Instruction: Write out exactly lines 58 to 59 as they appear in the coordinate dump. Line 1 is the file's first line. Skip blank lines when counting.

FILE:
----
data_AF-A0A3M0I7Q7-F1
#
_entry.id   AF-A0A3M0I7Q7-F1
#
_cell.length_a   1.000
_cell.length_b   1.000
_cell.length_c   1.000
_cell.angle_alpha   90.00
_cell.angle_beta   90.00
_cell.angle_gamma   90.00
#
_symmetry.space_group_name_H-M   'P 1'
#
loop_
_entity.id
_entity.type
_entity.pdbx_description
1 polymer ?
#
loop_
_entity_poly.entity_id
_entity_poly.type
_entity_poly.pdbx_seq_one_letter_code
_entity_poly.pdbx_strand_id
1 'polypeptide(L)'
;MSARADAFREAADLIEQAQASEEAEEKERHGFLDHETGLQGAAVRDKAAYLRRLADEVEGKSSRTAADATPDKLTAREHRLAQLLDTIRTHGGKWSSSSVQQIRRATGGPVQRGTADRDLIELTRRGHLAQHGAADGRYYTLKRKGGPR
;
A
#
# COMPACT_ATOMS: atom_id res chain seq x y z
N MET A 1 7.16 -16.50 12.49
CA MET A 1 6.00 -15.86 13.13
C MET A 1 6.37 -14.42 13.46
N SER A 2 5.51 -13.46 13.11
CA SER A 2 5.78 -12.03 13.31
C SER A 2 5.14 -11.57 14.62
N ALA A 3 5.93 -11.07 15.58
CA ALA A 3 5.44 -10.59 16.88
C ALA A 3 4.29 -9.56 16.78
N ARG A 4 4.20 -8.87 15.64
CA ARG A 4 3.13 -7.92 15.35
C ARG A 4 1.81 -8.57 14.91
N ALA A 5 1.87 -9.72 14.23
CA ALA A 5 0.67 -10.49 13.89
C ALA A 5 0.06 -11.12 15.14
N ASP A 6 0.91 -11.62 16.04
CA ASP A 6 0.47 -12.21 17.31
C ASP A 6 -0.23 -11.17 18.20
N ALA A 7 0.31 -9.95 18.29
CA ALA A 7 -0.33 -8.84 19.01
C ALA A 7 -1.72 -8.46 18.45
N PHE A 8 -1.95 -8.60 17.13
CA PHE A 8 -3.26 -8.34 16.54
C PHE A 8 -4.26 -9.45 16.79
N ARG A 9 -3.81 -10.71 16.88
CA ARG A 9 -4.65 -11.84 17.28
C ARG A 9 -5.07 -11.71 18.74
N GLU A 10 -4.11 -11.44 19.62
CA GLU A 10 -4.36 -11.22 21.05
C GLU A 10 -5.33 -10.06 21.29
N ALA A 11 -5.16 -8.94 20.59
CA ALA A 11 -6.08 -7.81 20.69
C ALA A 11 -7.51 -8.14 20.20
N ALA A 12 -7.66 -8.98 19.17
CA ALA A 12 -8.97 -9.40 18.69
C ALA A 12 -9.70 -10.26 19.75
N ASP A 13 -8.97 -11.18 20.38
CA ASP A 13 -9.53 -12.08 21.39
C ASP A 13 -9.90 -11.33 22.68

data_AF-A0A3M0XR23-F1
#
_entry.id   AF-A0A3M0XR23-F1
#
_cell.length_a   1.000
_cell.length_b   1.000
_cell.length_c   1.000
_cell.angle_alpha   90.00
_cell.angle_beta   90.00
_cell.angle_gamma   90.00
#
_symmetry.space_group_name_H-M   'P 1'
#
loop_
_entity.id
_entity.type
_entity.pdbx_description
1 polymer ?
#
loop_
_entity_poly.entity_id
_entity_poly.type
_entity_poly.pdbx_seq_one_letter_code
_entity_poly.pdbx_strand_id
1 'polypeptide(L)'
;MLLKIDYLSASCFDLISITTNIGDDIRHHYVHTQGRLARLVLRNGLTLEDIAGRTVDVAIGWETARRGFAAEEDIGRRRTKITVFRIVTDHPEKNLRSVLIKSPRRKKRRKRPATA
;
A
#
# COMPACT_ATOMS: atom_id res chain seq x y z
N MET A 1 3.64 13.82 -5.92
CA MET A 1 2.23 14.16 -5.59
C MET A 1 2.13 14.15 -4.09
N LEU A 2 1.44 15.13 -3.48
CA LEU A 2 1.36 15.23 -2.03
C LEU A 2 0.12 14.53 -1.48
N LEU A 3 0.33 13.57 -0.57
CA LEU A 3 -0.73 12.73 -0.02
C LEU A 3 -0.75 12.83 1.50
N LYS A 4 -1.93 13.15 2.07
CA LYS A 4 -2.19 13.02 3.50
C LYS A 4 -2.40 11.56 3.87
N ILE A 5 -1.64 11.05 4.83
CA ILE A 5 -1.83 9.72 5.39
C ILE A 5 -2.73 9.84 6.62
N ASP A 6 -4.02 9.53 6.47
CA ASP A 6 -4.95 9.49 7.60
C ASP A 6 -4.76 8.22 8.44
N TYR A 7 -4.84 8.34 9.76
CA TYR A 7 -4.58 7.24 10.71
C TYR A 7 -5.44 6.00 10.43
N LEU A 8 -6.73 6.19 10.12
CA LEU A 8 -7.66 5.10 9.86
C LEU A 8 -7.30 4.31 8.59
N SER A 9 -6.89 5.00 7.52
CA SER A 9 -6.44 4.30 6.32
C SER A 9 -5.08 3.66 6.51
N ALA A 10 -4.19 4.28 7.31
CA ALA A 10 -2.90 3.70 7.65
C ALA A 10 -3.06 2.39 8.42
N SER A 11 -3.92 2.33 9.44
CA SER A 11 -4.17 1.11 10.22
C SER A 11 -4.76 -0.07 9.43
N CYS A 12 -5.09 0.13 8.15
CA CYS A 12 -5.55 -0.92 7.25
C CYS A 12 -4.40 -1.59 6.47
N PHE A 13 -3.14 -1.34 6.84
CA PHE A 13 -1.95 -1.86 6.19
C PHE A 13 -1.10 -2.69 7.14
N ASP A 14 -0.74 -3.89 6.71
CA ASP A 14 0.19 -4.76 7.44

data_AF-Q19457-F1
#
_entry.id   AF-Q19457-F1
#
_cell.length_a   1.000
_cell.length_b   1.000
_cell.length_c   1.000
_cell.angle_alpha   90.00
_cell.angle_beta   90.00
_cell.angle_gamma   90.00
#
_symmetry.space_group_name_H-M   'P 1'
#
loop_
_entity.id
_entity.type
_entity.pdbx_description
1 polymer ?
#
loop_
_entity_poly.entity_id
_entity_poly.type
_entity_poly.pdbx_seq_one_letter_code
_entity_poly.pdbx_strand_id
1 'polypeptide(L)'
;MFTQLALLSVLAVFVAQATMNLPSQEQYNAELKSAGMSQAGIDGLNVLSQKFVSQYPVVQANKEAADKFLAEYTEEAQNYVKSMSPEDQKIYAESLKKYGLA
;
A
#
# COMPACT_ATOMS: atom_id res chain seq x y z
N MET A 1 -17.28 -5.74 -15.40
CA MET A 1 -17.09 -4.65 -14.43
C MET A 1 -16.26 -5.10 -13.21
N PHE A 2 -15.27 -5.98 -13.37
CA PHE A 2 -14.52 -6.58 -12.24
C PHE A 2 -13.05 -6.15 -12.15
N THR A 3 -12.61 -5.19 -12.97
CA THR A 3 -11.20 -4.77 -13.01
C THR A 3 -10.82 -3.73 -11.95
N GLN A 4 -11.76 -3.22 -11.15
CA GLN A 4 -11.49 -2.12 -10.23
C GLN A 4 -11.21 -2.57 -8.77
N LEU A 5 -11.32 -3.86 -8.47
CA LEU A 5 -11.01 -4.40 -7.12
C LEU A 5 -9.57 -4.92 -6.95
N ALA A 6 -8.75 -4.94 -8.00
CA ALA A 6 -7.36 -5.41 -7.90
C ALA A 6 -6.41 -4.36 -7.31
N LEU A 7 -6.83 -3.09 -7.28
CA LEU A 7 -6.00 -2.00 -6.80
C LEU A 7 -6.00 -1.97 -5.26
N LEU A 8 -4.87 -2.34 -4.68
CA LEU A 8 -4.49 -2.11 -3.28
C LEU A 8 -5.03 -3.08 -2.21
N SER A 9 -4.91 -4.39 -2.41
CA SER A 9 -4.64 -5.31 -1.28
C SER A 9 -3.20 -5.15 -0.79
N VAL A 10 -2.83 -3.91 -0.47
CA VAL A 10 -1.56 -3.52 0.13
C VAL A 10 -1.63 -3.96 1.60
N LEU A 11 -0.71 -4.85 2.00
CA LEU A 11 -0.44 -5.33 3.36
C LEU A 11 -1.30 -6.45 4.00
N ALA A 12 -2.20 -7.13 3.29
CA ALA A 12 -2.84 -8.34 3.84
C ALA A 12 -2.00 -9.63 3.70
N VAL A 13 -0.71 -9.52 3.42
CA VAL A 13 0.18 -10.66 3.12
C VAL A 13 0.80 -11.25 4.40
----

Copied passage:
N GLU A 10 -4.11 -11.44 19.62
CA GLU A 10 -4.36 -11.22 21.05